Ta-Nehisi Coates

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Ta-Nehisi Coates
Coates at the 2010 Brooklyn Book Festival
Born 1975 (age 38–39)
Baltimore, Maryland
Occupation Writer, journalist, blogger
Genres Journalism, non-fiction, blogging, race, politics, culture

Ta-Nehisi Coates (/ˌtɑːnəˈhɑːsi ˈkts/ TAH-nə-HAH-see KOHTS;[1] born 1975, Baltimore, Maryland) is a senior editor for The Atlantic and a blogger for the publication's website. Coates has worked for The Village Voice, Washington City Paper, and Time. He has contributed to The New York Times Magazine, The Washington Post, The Washington Monthly, O, and other publications. In 2008 he published a memoir, The Beautiful Struggle: A Father, Two Sons, and an Unlikely Road to Manhood.

Personal life[edit]

Coates was raised in a working-class family in Baltimore, Maryland. His father, William Paul Coates, was a Vietnam veteran and former Black Panther. His mother, Cheryl, was the breadwinner in the family and his father was a stay-at-home dad where he ran a small publishing house[2] during Ta-Nehisi's childhood.[3] Ta-Nehisi's father had seven children.[4] Ta-Nehisi is an Egyptian name for ancient Nubia.[5]

Coates attended Baltimore Polytechnic Institute, and Howard University but dropped out to become a journalist.[6][7] He currently resides in Harlem with his wife and son.[8]

Writing and teaching[edit]

In 2009, he published The Beautiful Struggle, an autobiography of his coming of age in West Baltimore.

Coates is a senior editor at The Atlantic, for which he writes feature articles beside maintaining a blog. Topics covered by the blog include politics, history, race, culture as well as sports, and music. His writing on race, such as his September 2012 Atlantic cover piece "Fear of a Black President",[9][10][8] have been especially praised, and have won his blog a place on the Best Blogs of 2011 list by TIME Magazine.[11] and the 2012 Hillman Prize for Opinion & Analysis Journalism from The Sidney Hillman Foundation.[8][12] Coates' blog has also been praised for its engaging comments section, which Coates curates and moderates heavily so that, "the jerks are invited to leave [and] the grown-ups to stay and chime in".[13][14][15]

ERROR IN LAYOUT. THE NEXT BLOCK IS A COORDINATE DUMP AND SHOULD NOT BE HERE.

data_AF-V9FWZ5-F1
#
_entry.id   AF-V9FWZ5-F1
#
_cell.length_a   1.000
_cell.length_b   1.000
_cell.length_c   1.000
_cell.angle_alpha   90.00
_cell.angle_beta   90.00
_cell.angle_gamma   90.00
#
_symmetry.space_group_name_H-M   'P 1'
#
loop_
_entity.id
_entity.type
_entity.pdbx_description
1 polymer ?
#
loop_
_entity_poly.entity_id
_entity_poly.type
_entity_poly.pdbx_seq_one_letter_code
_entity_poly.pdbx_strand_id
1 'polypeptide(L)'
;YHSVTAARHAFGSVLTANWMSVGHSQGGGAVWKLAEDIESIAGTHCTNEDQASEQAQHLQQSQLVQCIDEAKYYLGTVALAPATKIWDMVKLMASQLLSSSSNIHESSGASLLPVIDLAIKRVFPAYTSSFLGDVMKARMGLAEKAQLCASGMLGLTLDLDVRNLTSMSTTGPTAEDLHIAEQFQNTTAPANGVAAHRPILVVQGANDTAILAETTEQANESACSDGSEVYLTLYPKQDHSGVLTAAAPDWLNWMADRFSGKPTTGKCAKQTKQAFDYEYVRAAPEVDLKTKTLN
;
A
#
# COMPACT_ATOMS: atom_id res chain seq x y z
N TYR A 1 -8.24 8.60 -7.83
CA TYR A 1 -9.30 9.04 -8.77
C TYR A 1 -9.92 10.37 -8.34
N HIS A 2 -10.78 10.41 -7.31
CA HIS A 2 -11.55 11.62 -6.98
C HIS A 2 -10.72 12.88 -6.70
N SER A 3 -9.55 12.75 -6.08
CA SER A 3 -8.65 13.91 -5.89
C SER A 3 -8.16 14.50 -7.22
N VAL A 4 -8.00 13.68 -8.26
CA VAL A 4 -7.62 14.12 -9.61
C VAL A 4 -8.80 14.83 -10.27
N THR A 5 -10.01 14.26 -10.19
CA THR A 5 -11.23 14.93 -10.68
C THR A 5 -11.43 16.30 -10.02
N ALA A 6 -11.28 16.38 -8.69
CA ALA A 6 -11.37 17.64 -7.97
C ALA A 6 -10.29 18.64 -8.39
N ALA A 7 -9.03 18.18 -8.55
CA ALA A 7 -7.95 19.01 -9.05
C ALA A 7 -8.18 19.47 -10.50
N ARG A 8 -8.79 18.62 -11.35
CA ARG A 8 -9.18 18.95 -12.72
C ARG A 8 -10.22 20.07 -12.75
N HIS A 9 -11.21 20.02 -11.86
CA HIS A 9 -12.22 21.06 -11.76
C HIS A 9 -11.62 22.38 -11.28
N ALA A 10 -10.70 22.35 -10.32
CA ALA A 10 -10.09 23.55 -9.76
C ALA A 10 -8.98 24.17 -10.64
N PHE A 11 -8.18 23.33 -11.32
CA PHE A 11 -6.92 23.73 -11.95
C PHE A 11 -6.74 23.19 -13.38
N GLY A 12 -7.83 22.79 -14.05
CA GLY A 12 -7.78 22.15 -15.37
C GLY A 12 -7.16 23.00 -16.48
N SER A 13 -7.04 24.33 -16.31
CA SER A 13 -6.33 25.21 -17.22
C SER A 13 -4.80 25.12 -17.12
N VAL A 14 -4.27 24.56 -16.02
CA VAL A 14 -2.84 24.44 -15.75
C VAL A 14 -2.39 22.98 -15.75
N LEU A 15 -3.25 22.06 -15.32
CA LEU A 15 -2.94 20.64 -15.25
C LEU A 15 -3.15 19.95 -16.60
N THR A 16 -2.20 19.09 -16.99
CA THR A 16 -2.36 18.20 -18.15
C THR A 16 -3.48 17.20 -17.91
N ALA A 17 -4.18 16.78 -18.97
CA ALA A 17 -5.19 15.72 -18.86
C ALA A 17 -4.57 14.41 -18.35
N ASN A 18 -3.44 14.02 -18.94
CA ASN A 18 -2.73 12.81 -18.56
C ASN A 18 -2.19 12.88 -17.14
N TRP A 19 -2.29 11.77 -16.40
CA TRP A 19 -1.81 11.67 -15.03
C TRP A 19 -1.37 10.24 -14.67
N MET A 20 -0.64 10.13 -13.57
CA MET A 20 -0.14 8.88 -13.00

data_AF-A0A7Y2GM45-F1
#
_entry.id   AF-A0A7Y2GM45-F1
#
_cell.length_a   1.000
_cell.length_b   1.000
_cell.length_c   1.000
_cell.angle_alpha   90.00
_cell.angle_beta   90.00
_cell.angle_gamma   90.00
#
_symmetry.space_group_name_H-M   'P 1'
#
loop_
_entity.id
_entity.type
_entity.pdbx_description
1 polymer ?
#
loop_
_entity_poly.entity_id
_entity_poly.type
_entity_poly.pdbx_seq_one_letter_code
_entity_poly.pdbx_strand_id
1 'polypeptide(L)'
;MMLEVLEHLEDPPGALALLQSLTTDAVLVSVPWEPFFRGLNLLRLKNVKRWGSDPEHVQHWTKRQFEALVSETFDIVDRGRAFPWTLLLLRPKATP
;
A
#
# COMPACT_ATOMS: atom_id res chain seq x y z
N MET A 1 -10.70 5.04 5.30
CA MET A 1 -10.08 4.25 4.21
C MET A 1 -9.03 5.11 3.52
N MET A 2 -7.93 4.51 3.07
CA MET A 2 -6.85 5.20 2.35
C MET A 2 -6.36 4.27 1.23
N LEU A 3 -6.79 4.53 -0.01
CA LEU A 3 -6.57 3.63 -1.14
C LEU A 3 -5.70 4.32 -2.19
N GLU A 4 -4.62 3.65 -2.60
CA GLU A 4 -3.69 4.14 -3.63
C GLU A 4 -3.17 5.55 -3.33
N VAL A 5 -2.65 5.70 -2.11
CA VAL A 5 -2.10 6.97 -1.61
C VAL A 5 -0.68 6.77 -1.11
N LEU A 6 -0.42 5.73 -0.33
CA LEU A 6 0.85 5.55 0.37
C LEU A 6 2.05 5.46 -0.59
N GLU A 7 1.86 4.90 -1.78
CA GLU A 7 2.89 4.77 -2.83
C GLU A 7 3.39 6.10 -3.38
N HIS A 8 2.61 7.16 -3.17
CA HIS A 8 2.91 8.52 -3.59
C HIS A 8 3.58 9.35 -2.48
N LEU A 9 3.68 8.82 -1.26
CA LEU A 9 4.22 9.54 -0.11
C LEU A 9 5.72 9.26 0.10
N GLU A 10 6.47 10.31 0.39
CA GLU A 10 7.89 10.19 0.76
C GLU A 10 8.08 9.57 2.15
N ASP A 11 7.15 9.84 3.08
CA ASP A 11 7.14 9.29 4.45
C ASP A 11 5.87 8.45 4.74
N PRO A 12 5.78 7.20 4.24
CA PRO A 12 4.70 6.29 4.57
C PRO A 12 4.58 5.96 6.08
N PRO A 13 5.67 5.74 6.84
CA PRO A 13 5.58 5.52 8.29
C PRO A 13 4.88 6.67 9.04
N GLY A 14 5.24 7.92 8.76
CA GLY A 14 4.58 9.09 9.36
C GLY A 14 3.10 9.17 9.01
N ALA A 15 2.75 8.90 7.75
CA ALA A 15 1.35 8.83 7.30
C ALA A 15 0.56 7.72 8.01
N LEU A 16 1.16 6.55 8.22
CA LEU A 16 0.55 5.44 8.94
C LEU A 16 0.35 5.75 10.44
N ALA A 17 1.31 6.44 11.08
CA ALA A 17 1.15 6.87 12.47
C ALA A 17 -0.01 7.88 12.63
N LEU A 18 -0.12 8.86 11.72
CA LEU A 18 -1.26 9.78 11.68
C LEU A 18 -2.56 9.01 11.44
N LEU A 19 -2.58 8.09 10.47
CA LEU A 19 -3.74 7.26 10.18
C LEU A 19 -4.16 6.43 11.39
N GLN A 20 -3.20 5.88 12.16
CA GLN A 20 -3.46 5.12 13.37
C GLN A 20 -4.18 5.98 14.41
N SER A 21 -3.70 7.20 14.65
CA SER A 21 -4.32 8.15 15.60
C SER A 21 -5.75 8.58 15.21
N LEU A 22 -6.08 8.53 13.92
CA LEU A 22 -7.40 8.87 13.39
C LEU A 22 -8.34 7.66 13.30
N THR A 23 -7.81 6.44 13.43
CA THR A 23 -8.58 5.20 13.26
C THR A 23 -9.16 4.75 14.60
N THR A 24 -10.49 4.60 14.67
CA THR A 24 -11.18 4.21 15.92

Coates is the 2012-13 MLK visiting professor for writing at the Massachusetts Institute of Technology, and a guest columnist for the New York Times, having turned down an offer from them to become a regular columnist.[8] He has also written for The Village Voice, Washington City Paper, Time, The Washington Post, the Washington Monthly and O magazine.[8][16]


  1. ^ Fresh Air, 2009 Feb 19 The name derives from the Egyptian name of Nubia, nḥsy, for which the vowels are unknown.
  2. ^ Interview with Terry Gross on NPR's radio show Fresh Air
  3. ^ Smith, Jeremy Adam. The Daddy Shift: How Stay-at-Home Dads, Breadwinning Moms, and Shared Parenting are Transforming the American Family. Boston: Beacon Press, 2009, ISBN 978-0-8070-2120-0, p. 105.
  4. ^ Manning Up The Coates Family's Beautiful Struggle in Word and Deed Felicia Pride June 6, 2008
  5. ^ Bookslut.com
  6. ^ Felicia Pride (2007-04-06). "Manning Up: The Coates Family's Beautiful Struggle in Word and Deed". Baltimore City Paper. 
  7. ^ "The guest list". Vibe, November 2004.
  8. ^ a b c d e Smith, Jordan Michael (March 5, 2013). "Fear of a Black Pundit: Ta-Nehisi Coates raises his voice in American media". New York Observer. Retrieved December 19, 2013. 
  9. ^ Coates, Ta-Nehisi (August 22, 2012). "Fear of a Black President". The Atlantic. Retrieved December 19, 2013. 
  10. ^ Levenson, Tom (September 28, 2012). "Notable narrative: "Fear of a Black President," by Ta-Nehisi Coates". Nieman Storyboard. Retrieved December 19, 2013. 
  11. ^ "Full List - The Best Blogs of 2011". Time Magazine
  12. ^ "2012 Hillman Prize for Opinion & Analysis Journalism: Ta-Nehisi Coates". Sidney Hillman Foundation. Retrieved October 4, 2013. 
  13. ^ Garfield, Bob (December 30, 2011). "How to create an engaging comments section". On the media. Retrieved October 4, 2013. 
  14. ^ Azi, Paybarah (October 22, 2010). "NPR's guide to blogging: act like Andrew Sullivan, Ben Smith, Ta-Nehisi Coates". WNYC. Retrieved October 4, 2013. 
  15. ^ Matias, J. Nathan (October 22, 2012). "The beauty and terror of commenting communities: Ta-Nehisi Coates at the Media Lab". MIT Center for Civic Media. Retrieved October 4, 2013. 
  16. ^ "Ta-Nehisi Coates is 2012-2013 MLK Visiting Scholar". Massachusetts Institute of Technology. Retrieved October 4, 2013. 

External links[edit]